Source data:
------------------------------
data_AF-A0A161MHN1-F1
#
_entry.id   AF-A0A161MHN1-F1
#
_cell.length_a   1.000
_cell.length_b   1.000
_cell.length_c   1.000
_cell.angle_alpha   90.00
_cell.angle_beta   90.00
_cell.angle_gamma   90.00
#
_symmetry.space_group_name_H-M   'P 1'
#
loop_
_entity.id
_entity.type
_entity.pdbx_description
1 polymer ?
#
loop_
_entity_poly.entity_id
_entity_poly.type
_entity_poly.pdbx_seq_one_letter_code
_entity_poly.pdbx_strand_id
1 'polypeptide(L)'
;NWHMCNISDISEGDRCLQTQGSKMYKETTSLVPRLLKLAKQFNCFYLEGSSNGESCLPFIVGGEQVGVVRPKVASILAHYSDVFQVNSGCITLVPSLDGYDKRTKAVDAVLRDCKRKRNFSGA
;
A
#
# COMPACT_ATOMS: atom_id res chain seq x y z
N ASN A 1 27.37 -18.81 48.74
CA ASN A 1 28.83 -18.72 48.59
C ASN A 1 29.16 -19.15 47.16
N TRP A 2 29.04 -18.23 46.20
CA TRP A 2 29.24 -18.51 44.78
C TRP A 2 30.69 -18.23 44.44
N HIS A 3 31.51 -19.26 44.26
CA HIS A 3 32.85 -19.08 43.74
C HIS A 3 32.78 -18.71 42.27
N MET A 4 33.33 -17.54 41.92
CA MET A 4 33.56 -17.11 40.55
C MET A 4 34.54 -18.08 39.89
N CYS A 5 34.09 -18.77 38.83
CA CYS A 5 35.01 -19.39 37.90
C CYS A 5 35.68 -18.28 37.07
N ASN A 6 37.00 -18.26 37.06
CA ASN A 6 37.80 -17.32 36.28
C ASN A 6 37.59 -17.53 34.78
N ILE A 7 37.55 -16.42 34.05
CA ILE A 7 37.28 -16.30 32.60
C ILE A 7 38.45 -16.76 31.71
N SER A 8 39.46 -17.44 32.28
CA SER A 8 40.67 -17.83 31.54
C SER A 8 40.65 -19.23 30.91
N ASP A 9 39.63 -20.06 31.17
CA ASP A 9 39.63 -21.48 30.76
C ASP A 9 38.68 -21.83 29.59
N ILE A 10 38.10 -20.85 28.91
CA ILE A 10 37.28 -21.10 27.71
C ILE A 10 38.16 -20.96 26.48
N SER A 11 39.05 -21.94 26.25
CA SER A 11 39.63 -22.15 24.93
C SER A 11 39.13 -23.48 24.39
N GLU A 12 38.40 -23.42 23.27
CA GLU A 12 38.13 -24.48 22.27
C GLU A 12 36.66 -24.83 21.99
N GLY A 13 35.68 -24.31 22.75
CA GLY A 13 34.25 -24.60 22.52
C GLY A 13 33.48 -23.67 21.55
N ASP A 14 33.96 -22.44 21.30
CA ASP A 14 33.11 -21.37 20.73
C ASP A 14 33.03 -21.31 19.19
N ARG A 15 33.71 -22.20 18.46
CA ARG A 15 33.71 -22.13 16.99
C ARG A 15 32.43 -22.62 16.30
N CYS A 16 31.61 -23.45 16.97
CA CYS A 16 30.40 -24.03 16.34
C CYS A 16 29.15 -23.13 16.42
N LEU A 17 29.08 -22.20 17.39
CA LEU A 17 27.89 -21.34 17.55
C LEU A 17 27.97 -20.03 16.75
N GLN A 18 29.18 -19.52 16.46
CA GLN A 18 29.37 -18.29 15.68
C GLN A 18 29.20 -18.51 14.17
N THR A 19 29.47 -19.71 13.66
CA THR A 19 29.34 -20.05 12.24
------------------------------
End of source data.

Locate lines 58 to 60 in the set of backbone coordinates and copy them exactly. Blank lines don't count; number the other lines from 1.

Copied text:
N ILE A 10 38.10 -20.85 28.91
CA ILE A 10 37.28 -21.10 27.71
C ILE A 10 38.16 -20.96 26.48